Ask any real estate agent: When a house has been on the market for a long time, potential buyers figure they can drive a harder bargain. And, of course, homes are staying on the market a lot longer these days. It would make Realtors’ jobs a lot easier if would-be buyers didn’t know how long properties had been up for sale.
Consider that fact in light of a recent announcement by the Southern California Multiple Listing Service that it has decided to remove “days on market” and “cumulative days on market” data from all client reports. (The cumulative figure sums up the number of days of the original listing and subsequent relistings.)
The decision has already generated some complaints, including this one from eFinanceDirectory.com, which wrote:
Knowing how many days a home has been on the market is an important piece of information for buyers, but thanks to a new ruling, real estate agents are now able to deprive interested parties of this crucial data.
SoCalMLS says that it's not trying to conceal anything, and that MLS members are free to give the days-on-market data to clients. They just want to be able to put the numbers in proper perspective. Here's part of a statement on the MLS's website:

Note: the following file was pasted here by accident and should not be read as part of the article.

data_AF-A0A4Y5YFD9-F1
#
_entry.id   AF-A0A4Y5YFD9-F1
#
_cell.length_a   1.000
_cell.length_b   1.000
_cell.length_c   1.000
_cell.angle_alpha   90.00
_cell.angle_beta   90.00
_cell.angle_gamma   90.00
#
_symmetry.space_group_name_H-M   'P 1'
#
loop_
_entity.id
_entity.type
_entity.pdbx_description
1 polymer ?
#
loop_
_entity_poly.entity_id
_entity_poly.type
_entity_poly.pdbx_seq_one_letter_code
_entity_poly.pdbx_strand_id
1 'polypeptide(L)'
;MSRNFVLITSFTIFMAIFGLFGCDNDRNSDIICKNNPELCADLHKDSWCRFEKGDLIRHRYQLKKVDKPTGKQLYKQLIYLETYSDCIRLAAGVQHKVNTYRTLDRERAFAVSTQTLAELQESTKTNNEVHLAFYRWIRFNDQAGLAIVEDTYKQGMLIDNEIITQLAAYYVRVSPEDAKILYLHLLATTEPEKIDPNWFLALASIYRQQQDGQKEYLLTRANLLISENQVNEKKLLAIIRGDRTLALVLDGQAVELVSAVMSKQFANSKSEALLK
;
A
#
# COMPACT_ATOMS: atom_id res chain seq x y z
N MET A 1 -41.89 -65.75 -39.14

The bottom line is that you, the real estate professional are in the best position to explain to your customer - buyer or seller - what the true DOM figure is and what it means.
To that end, the SoCalMLS BOD, after getting input from MLS Committees and other practitioners, have decided to remove the DOM and CDOM fields from all Client reports. You will still have this information available to you in the Agent reports, which also link to the history report for each listing. The history report gives you a much more precise overview of what transpired for a particular listing. With that ammunition you should be prepared to better explain to your client the ramifications of the DOM data.
The truth is that days-on-market figures are subject to manipulation, as I've written in the magazine and on this blog. Wrong figures are worse than no figures at all. But yanking the data off of client reports is the wrong response. At a time when Realtors around the country are being investigated by federal and state authorities over potentially anti-competitive practices, removing days-on-market data from client reports seems like a step in the wrong direction.